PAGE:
Author(s): Y. D. Bussière, I. Espinosa Torres, J.-L. Collomb & E. Ravalet
Cycling in the city, a practice which had been lost progressively since the 1960s
with the rapid expansion of the use of the automobile, has recently become
common practice in many cities of the North where the bicycle had almost
Urban speedways and viaducts built in the 1960s are being
reconsidered and even destroyed to give place to boulevards and a friendlier
urban environment for pedestrians.
Many examples are available: Lyon with the
introduction of Velo’V in 2005, Paris with the introduction of Veli’b in 2007 and
Montreal with the introduction of BIXI in 2009 are recent experiences which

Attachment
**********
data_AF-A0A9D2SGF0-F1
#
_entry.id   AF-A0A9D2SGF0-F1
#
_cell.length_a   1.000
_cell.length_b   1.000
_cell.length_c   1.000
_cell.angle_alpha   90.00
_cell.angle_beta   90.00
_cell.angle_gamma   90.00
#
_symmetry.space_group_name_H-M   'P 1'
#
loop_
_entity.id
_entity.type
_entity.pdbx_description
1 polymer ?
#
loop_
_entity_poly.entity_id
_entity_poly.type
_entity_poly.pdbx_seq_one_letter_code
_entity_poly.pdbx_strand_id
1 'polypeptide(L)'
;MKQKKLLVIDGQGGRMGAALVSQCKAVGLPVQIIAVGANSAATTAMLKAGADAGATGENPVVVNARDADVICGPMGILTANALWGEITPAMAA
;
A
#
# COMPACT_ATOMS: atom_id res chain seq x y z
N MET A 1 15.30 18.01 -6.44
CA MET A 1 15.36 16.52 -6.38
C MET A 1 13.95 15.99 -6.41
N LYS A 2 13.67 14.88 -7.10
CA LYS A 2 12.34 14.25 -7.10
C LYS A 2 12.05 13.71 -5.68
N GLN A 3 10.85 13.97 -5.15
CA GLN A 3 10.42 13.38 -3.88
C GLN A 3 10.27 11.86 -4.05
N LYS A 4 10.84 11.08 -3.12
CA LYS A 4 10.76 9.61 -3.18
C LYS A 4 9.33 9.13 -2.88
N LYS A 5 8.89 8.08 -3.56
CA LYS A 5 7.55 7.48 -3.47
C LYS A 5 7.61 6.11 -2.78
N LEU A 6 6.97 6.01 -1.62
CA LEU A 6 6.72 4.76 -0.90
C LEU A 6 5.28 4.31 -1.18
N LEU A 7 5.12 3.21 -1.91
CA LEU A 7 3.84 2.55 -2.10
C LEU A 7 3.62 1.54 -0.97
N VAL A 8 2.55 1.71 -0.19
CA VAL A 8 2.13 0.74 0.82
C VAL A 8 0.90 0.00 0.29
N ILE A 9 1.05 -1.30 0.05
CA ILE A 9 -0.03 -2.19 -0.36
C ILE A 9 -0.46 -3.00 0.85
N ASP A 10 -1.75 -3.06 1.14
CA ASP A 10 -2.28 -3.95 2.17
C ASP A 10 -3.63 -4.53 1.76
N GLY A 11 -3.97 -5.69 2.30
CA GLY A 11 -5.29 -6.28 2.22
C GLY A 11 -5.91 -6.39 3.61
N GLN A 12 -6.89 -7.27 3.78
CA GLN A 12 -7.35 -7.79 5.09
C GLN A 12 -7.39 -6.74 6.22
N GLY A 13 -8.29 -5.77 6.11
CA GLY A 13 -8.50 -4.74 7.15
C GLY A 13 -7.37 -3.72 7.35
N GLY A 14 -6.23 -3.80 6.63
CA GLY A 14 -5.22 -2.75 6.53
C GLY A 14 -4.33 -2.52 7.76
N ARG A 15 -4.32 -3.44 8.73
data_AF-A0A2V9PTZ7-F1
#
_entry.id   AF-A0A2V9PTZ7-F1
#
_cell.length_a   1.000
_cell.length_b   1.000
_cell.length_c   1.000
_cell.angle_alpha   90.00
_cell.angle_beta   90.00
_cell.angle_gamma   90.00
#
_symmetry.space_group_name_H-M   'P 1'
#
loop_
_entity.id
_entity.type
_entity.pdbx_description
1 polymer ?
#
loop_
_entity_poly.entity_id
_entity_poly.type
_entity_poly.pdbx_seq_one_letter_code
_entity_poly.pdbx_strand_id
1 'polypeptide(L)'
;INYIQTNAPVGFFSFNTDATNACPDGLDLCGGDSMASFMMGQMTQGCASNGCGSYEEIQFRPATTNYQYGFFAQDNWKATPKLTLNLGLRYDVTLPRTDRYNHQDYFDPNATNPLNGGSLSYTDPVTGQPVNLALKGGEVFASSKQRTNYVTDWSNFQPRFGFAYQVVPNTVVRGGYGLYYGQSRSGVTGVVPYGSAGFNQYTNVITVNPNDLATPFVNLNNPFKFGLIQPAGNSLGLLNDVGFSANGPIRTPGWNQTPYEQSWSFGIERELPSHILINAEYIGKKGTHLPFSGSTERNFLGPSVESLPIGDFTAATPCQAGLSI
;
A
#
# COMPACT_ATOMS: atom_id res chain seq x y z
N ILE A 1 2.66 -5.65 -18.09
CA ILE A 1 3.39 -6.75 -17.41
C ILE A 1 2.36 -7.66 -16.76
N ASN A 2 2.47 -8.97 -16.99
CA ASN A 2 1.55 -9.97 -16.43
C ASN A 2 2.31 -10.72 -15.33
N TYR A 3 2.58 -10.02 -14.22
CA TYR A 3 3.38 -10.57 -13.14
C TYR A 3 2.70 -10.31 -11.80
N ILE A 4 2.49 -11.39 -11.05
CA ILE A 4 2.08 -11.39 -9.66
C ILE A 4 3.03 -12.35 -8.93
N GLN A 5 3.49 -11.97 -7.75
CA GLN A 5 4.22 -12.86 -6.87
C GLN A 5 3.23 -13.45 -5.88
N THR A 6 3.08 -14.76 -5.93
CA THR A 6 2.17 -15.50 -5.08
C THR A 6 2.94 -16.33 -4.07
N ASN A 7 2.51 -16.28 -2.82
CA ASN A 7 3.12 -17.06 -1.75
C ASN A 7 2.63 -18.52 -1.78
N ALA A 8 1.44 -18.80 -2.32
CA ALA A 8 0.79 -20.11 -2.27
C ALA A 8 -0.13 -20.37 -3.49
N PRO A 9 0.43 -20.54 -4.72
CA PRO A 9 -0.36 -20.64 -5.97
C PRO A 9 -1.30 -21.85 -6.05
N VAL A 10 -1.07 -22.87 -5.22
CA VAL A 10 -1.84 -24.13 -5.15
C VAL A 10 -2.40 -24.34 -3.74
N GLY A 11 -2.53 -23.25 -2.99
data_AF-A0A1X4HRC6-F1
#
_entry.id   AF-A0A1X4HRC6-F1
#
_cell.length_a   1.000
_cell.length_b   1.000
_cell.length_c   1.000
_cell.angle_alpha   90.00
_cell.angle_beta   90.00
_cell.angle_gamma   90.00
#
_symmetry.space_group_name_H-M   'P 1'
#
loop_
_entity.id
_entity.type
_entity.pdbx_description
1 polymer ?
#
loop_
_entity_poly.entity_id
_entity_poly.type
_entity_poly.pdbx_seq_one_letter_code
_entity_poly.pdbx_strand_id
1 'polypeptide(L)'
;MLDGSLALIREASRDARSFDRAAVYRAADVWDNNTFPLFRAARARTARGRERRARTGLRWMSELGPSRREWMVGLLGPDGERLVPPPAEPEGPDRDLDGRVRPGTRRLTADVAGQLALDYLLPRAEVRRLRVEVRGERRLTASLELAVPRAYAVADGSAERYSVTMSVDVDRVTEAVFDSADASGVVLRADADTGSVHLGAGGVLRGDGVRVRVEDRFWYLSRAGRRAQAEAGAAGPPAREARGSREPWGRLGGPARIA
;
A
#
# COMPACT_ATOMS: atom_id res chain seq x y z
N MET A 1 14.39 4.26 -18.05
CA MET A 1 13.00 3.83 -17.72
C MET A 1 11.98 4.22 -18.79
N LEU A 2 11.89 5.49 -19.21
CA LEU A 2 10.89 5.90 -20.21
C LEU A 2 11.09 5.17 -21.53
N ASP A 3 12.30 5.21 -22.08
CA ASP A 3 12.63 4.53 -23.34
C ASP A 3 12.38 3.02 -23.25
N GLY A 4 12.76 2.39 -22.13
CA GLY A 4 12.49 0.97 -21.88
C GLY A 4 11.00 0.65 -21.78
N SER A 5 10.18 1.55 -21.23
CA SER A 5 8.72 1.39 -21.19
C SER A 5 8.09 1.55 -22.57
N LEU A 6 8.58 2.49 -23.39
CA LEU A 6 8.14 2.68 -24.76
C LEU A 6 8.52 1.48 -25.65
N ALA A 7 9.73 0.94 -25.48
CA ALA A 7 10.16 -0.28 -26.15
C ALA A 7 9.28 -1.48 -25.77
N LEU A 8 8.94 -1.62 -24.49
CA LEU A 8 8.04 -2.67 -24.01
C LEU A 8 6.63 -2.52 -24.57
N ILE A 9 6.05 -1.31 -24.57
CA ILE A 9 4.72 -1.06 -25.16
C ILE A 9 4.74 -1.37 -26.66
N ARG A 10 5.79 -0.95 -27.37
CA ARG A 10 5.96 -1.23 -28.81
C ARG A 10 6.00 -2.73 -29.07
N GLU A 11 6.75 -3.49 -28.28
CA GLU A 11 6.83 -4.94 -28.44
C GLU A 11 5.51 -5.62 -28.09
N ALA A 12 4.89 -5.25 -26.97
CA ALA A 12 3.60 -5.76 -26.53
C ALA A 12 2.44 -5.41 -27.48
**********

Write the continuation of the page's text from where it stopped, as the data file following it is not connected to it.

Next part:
may be cited as best practices.
Could similar policies be applicable to Latin
American cities where the use of the bicycle has been progressively abandoned
but seems to have now a regaining image? What could be its potential impact on
diminishing greenhouse gas emissions? What could be its potential impact on
tourism? After a rapid review of various experiences in Europe, Canada and
Latin America, we will focus on the example of Puebla, a city of 1.5 million
inhabitants in the Centre-East of Mexico, for which we collected data in an
opinion survey (2007–8) on non motorized modes.
This case study leads to
conclusions on the feasibility of such policies in a South American context and
its potential impact in terms of sustainability as well as in economic benefits via
the tourist industry.
An approximation of the emissions in urban transportation
that can be saved by the practice of the bicycle for utilitarian an leisure purposes
and multimodality Bike-Public Transport, facilitated by the rent-a-bike systems,
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Paper DOI: 10.2495/SW100701
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